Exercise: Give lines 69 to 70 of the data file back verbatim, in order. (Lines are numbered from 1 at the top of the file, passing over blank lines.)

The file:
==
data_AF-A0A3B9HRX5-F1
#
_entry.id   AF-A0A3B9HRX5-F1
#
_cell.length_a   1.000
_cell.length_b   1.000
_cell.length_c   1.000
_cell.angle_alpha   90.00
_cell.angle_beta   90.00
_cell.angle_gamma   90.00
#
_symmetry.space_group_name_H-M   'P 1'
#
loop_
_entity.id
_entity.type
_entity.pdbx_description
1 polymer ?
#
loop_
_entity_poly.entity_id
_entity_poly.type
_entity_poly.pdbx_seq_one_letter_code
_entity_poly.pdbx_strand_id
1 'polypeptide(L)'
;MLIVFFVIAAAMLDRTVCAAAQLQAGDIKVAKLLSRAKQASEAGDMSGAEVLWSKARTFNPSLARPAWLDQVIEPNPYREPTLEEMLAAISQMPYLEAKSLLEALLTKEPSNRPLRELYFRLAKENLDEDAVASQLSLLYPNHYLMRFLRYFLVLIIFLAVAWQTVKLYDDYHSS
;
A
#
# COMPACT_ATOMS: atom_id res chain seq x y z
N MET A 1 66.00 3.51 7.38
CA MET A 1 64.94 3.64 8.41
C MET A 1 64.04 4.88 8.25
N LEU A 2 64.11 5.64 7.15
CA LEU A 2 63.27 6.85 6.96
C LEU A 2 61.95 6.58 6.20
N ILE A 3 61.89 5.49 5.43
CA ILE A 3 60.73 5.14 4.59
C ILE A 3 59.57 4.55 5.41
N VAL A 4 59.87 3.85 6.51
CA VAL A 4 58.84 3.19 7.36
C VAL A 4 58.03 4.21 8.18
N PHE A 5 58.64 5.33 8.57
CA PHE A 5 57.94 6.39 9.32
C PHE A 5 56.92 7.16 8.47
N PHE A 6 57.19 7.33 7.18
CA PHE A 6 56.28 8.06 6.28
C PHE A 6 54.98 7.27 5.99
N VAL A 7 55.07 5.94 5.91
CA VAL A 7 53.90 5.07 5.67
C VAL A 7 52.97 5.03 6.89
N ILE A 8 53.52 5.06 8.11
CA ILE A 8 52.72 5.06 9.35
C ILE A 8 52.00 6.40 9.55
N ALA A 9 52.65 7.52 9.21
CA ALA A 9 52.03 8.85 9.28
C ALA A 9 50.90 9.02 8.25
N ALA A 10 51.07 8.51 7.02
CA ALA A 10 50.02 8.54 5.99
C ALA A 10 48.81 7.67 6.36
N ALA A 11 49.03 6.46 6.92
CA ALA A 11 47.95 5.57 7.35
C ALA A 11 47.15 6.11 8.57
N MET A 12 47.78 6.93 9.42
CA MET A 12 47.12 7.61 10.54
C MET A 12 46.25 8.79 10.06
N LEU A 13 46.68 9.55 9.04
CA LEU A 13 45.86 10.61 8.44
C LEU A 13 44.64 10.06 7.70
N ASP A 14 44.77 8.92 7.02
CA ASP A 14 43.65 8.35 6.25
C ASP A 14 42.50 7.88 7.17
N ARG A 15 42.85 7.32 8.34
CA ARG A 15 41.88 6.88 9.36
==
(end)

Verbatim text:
C LEU A 13 44.64 10.06 7.70
N ASP A 14 44.77 8.92 7.02